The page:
first step towards exploiting natural resources.
Speaking at the discussion, an Armenian Oil and Gas representative,
Erik Ananian, said the company would use nuclear magnetic resonance,
as opposed to traditional drilling, to determine whether the area
close to Georgia has commercially viable hydrocarbon reserves. In
Shirak, he said, the exploration would be carried out near six rural
communities.
"If we see that there is a certain industrial potential [for oil
production] we will switch to the next phase," added Ananian. He would
not say whether the company already has any tentative estimates to
that effect.
It also remained unclear when it would start the exploratory work in
case of securing clearance from the government.
Hmayak Hovannisian of the Geophysics Institute in Yerevan said it is
still too early speculate about the potential size of oil or gas
fields in the area. But he stressed that magnetic resonance allows for
deeper penetration than exploratory drilling done in Armenia to date.
Another scientist working at the institute, Roland Gasparian, claimed
that the possible discovery and extraction of oil would pose an
"enormous danger" to local agriculture, while some environmentalists
expressed concern at the new method of oil exploration.
Several Western companies have already explored for but found no major
oil deposits in Armenia over the past two decades.
The company in question belongs to Karapetian's Tashir Kapital group
that owns Armenia's national electric utility and will soon also
manage the country's state-owned power transmission network. A Tashir
subsidiary is also planning to build, together with other
Russian-Armenian and Western investors, two major hydroelectric
plants. In addition, it recently launched Armenia's first-ever solar
power plant.
The Armenian-born tycoon further underscored his growing involvement
in the Armenian economy on November 13 when he inaugurated another
massive shopping mall built by Tashir in Yerevan.
Press Review
(Saturday, December 2)
"Zhoghovurd" says that the Armenian authorities remain euphoric about
their Comprehensive and Enhanced Partnership Agreement (CEPA) with the
European Union that was signed on November 24. "The authorities were
just as jubilant when they were joining the Eurasian Economic Union
(EEU)," scoffs the paper. It claims that Armenia has still not drawn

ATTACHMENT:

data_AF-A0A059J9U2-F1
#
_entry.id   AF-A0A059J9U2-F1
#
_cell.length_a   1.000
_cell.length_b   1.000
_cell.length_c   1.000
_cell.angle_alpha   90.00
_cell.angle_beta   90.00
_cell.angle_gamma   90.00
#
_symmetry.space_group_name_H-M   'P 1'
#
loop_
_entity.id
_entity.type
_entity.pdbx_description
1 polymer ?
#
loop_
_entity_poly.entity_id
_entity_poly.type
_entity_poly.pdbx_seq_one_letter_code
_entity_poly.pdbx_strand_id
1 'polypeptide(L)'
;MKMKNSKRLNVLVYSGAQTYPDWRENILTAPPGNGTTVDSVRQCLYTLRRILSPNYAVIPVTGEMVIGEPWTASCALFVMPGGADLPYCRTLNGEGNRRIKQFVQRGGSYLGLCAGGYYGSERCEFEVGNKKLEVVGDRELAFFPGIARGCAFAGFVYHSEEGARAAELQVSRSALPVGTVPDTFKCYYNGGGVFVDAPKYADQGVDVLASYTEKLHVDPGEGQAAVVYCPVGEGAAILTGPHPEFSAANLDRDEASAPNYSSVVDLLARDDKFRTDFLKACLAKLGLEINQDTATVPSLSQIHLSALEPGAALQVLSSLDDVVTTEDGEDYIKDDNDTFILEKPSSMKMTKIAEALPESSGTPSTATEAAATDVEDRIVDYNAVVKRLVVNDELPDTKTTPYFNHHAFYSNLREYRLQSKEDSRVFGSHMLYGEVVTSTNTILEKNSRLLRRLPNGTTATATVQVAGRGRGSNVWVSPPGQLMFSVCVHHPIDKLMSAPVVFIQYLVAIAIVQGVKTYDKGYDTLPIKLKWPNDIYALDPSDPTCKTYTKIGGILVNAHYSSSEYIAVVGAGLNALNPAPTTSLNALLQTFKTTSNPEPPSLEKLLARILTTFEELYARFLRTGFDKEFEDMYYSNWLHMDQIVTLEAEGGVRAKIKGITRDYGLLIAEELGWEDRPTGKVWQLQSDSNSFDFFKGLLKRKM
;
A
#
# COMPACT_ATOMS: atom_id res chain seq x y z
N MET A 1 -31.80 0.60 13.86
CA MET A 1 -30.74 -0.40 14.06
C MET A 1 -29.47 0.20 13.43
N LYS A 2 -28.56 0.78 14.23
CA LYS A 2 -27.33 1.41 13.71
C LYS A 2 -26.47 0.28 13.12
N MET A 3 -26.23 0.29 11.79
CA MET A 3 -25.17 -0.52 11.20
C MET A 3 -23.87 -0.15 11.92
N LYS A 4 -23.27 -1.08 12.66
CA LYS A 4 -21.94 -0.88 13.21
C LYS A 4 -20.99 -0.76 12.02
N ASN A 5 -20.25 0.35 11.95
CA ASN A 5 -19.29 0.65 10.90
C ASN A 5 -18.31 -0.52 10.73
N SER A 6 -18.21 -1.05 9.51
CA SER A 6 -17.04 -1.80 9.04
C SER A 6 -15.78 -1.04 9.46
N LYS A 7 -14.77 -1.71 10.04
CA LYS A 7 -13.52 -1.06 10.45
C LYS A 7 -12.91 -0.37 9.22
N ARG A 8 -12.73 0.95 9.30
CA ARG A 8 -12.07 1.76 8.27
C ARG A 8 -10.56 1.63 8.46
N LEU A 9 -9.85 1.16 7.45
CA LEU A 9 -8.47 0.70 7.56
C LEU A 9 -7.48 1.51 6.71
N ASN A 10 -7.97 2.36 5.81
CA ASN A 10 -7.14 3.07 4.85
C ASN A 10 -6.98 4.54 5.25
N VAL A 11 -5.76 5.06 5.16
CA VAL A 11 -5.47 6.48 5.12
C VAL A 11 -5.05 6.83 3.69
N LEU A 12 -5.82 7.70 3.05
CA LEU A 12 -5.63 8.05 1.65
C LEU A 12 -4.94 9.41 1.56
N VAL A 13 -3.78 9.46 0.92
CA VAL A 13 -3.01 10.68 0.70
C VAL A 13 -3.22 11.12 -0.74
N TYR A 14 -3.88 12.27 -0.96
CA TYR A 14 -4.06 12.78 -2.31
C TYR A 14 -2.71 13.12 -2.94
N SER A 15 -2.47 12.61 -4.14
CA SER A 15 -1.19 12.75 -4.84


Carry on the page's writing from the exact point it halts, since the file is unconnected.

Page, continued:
tangible benefits from its membership in the EEU.
"Haykakan Zhamanak" discusses leading Russian TV channels' highly
negative reaction to the CEPA, saying that they were "instructed" to
do so because the EU-Armenia deal is "not quite to the Russian
leadership's liking." The paper says this disproves statements to the
contrary that were made by Armenian officials.
"Past" also looks at the Russian outcry against Armenia's efforts to
deepen its economic and political relations with Russia. The paper
says that some Russian commentators have defended in this regard
Russia's controversial arms deals with Azerbaijan widely condemned in
Armenia. It deplores this fact.
"168 Zham" reports on the latest Armenian-drafted statement on the
Nagorno-Karabakh conflict that was adopted at a summit of the
Russian-led Collective Security Treaty Organization (CSTO) held in the
Belarusian capital Minsk. "The CSTO presidency is held by Armenia and
Armenia has managed to used that for securing declarations expedient
for it," the paper quotes a Russian military analyst, Pavel
Felgenhauer, as saying. "With that statement, the CSTO affirmed its
position that it can only assist, rather than intervene, the platform
which is supposed to help solve this conflict. It is not a
pro-Armenian statement. But the three principles mentioned by it are
Armenian diplomatic wordings. We have repeatedly heard them."
Felgenhauer also makes the point that Armenia could not have gotten
the other CSTO member states to back such a statement without Russia's
backing. "Russian assisted in the adoption of that statement because
both Russia and the CSTO were subjected to criticism after the April
[2016] war and Russia is trying to address [that criticism] one by
one," he says. "This can also be seen as a step taken for the Armenian
society in addition to all those measures that were taken by Russia
after the April war." Those measures include new and more powerful
weapons supplied to the Armenian military, according to the Russian
analyst.
(Artur Papian)
Reprinted on ANN/Armenian News with permission from RFE/RL